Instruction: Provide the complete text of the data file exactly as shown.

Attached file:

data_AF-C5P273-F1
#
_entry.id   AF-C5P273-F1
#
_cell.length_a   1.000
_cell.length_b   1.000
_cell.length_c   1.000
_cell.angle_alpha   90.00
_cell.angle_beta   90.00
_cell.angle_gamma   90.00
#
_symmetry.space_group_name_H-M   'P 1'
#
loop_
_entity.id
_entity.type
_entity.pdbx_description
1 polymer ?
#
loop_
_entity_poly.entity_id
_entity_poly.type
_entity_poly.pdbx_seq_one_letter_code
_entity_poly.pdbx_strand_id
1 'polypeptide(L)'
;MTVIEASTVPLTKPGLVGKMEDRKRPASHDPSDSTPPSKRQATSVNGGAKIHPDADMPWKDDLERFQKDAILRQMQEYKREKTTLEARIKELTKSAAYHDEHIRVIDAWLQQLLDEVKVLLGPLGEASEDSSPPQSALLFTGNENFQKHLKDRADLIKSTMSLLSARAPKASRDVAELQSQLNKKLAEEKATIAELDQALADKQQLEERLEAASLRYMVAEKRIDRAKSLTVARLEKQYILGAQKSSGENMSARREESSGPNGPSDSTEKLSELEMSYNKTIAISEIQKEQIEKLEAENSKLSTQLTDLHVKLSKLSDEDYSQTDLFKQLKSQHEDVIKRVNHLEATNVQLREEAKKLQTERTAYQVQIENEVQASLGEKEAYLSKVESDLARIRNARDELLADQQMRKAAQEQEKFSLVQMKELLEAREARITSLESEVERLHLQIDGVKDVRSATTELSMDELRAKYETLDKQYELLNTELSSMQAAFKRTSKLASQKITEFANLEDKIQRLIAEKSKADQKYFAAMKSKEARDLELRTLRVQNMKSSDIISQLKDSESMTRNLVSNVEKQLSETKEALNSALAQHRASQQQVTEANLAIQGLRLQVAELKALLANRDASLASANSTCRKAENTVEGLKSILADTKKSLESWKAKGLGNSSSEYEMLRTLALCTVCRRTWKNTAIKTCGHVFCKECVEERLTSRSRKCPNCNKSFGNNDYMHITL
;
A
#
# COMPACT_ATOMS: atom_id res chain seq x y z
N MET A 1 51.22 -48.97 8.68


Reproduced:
data_AF-C5P273-F1
#
_entry.id   AF-C5P273-F1
#
_cell.length_a   1.000
_cell.length_b   1.000
_cell.length_c   1.000
_cell.angle_alpha   90.00
_cell.angle_beta   90.00
_cell.angle_gamma   90.00
#
_symmetry.space_group_name_H-M   'P 1'
#
loop_
_entity.id
_entity.type
_entity.pdbx_description
1 polymer ?
#
loop_
_entity_poly.entity_id
_entity_poly.type
_entity_poly.pdbx_seq_one_letter_code
_entity_poly.pdbx_strand_id
1 'polypeptide(L)'
;MTVIEASTVPLTKPGLVGKMEDRKRPASHDPSDSTPPSKRQATSVNGGAKIHPDADMPWKDDLERFQKDAILRQMQEYKREKTTLEARIKELTKSAAYHDEHIRVIDAWLQQLLDEVKVLLGPLGEASEDSSPPQSALLFTGNENFQKHLKDRADLIKSTMSLLSARAPKASRDVAELQSQLNKKLAEEKATIAELDQALADKQQLEERLEAASLRYMVAEKRIDRAKSLTVARLEKQYILGAQKSSGENMSARREESSGPNGPSDSTEKLSELEMSYNKTIAISEIQKEQIEKLEAENSKLSTQLTDLHVKLSKLSDEDYSQTDLFKQLKSQHEDVIKRVNHLEATNVQLREEAKKLQTERTAYQVQIENEVQASLGEKEAYLSKVESDLARIRNARDELLADQQMRKAAQEQEKFSLVQMKELLEAREARITSLESEVERLHLQIDGVKDVRSATTELSMDELRAKYETLDKQYELLNTELSSMQAAFKRTSKLASQKITEFANLEDKIQRLIAEKSKADQKYFAAMKSKEARDLELRTLRVQNMKSSDIISQLKDSESMTRNLVSNVEKQLSETKEALNSALAQHRASQQQVTEANLAIQGLRLQVAELKALLANRDASLASANSTCRKAENTVEGLKSILADTKKSLESWKAKGLGNSSSEYEMLRTLALCTVCRRTWKNTAIKTCGHVFCKECVEERLTSRSRKCPNCNKSFGNNDYMHITL
;
A
#
# COMPACT_ATOMS: atom_id res chain seq x y z
N MET A 1 51.22 -48.97 8.68